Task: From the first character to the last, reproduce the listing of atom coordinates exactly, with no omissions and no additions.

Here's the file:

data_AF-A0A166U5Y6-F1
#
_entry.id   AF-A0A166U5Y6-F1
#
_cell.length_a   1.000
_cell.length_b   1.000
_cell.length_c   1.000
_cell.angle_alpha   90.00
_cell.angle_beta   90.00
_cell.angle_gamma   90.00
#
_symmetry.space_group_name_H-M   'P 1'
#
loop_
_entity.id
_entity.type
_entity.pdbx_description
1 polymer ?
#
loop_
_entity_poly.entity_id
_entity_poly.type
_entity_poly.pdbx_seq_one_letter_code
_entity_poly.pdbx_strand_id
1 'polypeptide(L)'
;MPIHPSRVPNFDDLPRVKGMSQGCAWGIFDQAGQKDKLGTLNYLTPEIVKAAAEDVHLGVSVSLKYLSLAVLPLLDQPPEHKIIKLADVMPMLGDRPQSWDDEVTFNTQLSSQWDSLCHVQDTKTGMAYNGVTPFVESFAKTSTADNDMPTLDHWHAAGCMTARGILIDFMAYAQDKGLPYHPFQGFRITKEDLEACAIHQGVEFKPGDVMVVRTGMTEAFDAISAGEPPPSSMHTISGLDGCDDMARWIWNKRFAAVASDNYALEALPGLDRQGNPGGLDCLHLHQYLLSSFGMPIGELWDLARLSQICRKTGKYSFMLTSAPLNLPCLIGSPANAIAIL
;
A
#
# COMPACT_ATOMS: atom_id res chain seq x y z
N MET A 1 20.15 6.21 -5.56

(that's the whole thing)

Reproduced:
data_AF-A0A166U5Y6-F1
#
_entry.id   AF-A0A166U5Y6-F1
#
_cell.length_a   1.000
_cell.length_b   1.000
_cell.length_c   1.000
_cell.angle_alpha   90.00
_cell.angle_beta   90.00
_cell.angle_gamma   90.00
#
_symmetry.space_group_name_H-M   'P 1'
#
loop_
_entity.id
_entity.type
_entity.pdbx_description
1 polymer ?
#
loop_
_entity_poly.entity_id
_entity_poly.type
_entity_poly.pdbx_seq_one_letter_code
_entity_poly.pdbx_strand_id
1 'polypeptide(L)'
;MPIHPSRVPNFDDLPRVKGMSQGCAWGIFDQAGQKDKLGTLNYLTPEIVKAAAEDVHLGVSVSLKYLSLAVLPLLDQPPEHKIIKLADVMPMLGDRPQSWDDEVTFNTQLSSQWDSLCHVQDTKTGMAYNGVTPFVESFAKTSTADNDMPTLDHWHAAGCMTARGILIDFMAYAQDKGLPYHPFQGFRITKEDLEACAIHQGVEFKPGDVMVVRTGMTEAFDAISAGEPPPSSMHTISGLDGCDDMARWIWNKRFAAVASDNYALEALPGLDRQGNPGGLDCLHLHQYLLSSFGMPIGELWDLARLSQICRKTGKYSFMLTSAPLNLPCLIGSPANAIAIL
;
A
#
# COMPACT_ATOMS: atom_id res chain seq x y z
N MET A 1 20.15 6.21 -5.56